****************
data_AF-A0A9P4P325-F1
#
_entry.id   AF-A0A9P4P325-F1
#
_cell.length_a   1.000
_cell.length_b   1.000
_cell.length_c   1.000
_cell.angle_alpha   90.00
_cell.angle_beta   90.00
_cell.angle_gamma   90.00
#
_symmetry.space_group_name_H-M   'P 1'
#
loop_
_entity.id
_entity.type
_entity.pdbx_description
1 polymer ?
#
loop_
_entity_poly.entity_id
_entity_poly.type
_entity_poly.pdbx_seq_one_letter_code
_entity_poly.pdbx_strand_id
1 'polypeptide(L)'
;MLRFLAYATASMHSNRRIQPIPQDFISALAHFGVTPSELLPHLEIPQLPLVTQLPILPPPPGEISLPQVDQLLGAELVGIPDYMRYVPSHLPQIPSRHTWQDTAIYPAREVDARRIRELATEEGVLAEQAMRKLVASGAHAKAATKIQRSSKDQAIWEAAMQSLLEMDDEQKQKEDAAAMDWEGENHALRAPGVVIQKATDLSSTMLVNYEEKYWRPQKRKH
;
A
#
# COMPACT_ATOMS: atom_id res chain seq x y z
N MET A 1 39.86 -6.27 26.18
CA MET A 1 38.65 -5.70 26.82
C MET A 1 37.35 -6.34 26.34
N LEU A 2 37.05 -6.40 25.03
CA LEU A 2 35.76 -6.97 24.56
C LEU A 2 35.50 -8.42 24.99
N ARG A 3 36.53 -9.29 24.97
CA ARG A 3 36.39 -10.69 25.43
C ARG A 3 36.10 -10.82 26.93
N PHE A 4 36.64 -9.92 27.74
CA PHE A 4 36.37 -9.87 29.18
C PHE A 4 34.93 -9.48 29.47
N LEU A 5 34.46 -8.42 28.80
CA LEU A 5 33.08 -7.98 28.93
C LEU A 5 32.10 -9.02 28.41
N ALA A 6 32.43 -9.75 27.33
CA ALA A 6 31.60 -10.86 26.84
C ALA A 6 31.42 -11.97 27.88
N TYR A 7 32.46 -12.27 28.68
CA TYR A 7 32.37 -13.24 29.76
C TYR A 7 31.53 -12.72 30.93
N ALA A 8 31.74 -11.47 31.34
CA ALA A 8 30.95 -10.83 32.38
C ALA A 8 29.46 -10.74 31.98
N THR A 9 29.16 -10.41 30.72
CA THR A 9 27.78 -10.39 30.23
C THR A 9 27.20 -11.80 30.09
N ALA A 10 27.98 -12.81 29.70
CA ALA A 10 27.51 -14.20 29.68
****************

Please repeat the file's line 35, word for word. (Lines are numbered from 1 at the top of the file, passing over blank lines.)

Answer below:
CA LEU A 2 35.76 -6.97 24.56